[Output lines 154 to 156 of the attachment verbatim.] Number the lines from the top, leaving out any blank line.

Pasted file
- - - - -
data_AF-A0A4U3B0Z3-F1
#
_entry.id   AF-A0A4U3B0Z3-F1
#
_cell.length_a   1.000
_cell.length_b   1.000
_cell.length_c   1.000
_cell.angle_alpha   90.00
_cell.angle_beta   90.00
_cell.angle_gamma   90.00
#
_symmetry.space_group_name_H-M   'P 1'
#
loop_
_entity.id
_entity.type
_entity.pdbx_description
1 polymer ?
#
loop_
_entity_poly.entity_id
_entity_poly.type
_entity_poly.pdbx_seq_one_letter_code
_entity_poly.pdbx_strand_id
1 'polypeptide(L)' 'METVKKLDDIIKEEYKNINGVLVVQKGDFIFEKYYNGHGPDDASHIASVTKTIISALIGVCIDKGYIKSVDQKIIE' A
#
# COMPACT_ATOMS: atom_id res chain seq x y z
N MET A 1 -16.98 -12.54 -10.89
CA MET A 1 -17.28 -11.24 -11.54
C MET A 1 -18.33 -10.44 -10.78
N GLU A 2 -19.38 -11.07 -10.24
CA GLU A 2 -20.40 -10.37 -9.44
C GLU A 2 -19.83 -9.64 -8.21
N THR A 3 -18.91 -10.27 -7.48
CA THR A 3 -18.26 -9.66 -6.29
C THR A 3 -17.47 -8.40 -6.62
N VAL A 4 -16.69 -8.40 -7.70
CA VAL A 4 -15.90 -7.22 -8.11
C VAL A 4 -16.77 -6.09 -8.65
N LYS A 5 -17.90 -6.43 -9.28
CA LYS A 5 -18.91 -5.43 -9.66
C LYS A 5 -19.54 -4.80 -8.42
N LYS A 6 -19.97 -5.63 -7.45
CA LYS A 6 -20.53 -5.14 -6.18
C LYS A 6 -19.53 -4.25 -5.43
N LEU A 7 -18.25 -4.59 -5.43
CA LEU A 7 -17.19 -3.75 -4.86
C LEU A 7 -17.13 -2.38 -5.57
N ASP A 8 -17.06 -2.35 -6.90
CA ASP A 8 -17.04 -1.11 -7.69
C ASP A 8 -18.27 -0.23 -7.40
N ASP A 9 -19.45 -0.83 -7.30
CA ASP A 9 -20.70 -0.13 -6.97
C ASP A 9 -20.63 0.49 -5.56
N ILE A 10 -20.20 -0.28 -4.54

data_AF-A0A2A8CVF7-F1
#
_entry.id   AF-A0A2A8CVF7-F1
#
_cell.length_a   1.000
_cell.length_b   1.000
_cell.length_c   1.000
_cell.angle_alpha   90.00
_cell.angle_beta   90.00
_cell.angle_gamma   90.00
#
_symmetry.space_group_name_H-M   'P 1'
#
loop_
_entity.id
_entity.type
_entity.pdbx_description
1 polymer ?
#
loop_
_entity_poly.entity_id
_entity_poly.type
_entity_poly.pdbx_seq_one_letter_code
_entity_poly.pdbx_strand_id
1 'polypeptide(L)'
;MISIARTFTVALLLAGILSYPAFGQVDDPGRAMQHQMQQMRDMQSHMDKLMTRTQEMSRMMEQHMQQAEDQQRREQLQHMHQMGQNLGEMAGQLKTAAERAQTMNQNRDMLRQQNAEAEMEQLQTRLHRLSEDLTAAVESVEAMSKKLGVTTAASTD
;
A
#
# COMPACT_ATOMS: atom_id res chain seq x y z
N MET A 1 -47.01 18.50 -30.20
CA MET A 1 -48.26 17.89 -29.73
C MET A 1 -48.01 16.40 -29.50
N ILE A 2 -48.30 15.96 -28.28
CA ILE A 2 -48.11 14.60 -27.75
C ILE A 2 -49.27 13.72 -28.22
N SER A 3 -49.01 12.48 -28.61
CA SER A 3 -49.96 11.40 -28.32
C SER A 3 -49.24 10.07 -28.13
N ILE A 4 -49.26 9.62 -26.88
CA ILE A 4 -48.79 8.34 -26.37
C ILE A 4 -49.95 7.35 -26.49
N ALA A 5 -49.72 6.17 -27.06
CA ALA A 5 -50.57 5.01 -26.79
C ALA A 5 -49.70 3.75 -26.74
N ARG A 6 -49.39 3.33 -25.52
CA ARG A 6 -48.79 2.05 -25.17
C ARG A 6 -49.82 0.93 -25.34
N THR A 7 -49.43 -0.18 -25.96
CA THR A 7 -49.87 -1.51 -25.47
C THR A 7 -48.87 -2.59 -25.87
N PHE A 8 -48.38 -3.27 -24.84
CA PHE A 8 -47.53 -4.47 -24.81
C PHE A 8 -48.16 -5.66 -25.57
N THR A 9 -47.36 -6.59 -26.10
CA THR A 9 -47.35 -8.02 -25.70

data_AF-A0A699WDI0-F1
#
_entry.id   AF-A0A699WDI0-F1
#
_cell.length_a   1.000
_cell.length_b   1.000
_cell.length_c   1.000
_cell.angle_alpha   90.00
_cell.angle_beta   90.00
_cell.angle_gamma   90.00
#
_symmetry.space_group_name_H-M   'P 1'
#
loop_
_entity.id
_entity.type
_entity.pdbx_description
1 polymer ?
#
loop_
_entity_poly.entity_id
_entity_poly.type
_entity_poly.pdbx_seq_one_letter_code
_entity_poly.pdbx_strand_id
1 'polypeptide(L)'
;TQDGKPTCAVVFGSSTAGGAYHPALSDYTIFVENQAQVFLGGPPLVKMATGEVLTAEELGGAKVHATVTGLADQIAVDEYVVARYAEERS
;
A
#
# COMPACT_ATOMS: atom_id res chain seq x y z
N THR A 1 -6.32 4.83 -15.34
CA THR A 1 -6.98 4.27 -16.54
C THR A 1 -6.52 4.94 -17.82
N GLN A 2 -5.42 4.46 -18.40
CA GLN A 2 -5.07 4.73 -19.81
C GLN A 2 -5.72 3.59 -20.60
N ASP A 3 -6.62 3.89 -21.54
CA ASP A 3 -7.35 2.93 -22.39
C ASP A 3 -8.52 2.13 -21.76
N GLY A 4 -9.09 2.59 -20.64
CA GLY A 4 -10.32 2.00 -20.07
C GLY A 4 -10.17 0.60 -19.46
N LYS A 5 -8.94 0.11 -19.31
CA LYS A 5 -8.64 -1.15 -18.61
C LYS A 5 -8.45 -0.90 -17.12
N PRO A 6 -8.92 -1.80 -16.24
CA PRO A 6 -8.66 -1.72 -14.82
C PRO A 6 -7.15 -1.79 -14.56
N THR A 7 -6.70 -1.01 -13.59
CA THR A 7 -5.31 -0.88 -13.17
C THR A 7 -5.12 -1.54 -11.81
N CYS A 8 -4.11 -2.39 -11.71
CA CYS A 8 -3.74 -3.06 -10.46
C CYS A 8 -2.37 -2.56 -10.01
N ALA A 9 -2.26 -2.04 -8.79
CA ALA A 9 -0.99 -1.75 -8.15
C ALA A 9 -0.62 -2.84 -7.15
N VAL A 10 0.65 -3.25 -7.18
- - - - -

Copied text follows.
N LYS A 5 -8.94 0.11 -19.31
CA LYS A 5 -8.64 -1.15 -18.61
C LYS A 5 -8.45 -0.90 -17.12